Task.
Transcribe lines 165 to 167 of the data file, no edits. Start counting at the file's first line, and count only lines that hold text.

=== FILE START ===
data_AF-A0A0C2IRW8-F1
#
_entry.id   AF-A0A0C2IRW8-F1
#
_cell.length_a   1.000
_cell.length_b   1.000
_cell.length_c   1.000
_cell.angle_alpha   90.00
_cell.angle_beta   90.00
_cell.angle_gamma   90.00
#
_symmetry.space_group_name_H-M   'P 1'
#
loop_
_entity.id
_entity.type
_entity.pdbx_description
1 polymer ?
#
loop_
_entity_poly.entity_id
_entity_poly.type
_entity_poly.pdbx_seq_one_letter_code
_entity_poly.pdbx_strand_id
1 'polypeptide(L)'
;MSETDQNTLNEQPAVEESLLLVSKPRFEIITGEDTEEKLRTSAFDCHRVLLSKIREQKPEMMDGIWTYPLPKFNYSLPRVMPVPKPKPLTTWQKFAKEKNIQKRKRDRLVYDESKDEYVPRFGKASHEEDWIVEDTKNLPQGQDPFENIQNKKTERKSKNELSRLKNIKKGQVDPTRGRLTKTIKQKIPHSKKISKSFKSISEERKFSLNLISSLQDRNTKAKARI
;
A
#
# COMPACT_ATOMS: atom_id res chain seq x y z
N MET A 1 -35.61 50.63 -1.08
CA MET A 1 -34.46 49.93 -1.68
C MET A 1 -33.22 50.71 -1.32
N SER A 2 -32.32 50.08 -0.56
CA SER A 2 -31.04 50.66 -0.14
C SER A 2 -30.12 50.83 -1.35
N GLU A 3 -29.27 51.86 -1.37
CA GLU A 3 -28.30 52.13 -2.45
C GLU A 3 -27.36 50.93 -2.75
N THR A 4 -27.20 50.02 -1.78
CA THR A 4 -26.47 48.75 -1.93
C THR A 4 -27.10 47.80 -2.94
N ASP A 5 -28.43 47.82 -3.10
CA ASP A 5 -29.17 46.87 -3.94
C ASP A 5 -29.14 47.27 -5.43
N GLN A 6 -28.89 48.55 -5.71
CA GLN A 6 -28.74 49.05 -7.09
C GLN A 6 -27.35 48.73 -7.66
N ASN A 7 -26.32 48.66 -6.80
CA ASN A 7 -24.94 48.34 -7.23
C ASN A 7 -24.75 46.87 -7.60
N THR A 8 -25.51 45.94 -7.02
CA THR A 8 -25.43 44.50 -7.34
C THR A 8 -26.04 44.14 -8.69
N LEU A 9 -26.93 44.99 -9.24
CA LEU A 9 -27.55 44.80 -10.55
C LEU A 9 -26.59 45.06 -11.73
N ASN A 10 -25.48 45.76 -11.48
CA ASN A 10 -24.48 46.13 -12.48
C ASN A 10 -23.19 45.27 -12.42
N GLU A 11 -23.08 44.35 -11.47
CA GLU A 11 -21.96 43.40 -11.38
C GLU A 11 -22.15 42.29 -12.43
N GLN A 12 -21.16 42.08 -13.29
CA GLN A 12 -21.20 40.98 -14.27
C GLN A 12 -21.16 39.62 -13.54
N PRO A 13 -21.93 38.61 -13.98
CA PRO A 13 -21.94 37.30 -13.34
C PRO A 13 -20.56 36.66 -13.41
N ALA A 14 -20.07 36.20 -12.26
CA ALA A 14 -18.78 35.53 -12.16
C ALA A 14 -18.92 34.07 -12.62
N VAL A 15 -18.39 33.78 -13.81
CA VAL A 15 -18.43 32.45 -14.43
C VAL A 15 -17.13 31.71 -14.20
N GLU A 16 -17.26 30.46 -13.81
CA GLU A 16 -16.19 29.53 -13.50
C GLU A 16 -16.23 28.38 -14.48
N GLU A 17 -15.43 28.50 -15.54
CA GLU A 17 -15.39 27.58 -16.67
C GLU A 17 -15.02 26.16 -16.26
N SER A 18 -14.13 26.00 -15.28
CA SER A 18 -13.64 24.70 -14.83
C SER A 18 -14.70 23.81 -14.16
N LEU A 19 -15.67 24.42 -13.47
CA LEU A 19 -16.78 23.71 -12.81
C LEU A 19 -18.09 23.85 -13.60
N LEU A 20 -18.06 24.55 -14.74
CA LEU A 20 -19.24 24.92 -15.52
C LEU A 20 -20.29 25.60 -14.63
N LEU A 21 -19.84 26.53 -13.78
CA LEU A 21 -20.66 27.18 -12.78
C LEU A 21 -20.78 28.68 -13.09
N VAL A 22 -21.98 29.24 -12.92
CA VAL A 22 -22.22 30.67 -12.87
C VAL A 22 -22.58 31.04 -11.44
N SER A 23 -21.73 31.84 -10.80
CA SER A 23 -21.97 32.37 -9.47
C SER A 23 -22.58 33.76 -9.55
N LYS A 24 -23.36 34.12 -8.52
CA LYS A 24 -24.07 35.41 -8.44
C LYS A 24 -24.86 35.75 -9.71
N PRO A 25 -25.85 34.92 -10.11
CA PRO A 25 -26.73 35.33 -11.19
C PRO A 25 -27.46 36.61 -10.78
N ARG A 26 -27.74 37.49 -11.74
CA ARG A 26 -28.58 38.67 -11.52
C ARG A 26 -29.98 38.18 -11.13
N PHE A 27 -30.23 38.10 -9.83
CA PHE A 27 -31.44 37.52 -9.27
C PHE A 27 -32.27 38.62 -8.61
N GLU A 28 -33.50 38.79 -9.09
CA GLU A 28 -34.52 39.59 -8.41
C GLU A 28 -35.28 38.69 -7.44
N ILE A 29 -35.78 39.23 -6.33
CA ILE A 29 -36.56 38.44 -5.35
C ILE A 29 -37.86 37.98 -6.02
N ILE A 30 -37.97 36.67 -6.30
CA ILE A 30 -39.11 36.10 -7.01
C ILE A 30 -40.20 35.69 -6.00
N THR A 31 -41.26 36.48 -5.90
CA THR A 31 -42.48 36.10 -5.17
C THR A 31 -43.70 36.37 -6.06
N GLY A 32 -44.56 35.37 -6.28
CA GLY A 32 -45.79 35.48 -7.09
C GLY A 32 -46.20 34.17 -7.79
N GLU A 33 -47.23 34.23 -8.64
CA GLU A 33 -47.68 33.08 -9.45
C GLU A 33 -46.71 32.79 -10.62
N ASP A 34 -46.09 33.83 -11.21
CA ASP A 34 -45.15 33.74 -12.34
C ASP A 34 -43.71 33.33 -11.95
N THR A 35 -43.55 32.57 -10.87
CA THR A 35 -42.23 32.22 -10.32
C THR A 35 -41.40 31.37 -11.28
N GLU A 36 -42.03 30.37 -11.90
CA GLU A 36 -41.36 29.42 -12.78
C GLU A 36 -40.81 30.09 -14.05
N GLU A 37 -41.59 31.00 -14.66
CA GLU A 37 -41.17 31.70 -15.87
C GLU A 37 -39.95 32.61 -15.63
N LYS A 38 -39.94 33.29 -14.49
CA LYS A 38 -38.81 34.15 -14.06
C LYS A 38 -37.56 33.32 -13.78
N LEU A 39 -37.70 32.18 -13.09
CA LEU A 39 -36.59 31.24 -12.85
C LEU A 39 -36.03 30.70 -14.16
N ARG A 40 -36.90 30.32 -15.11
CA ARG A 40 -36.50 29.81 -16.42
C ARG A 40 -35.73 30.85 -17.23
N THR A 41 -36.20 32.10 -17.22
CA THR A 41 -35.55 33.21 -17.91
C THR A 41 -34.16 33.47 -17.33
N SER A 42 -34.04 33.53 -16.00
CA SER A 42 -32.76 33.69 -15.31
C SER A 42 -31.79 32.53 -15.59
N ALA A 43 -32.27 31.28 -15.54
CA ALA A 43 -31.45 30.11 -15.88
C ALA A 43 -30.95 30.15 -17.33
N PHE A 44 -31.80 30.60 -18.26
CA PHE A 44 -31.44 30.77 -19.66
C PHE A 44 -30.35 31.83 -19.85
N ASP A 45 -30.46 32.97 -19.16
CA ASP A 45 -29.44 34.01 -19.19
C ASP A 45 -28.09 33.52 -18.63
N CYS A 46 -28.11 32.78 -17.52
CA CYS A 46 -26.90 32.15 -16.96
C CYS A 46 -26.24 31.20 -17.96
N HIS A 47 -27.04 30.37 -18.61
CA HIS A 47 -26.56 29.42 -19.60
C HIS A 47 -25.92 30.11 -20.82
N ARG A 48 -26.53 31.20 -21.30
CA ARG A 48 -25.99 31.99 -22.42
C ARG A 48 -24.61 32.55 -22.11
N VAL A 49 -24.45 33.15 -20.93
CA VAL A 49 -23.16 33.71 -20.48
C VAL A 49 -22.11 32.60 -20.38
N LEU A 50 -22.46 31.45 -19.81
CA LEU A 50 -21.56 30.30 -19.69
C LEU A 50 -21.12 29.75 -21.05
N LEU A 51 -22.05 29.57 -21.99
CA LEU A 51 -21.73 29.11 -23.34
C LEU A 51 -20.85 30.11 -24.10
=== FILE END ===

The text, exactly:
C ASP A 45 -28.09 33.52 -18.63
N CYS A 46 -28.11 32.78 -17.52
CA CYS A 46 -26.90 32.15 -16.96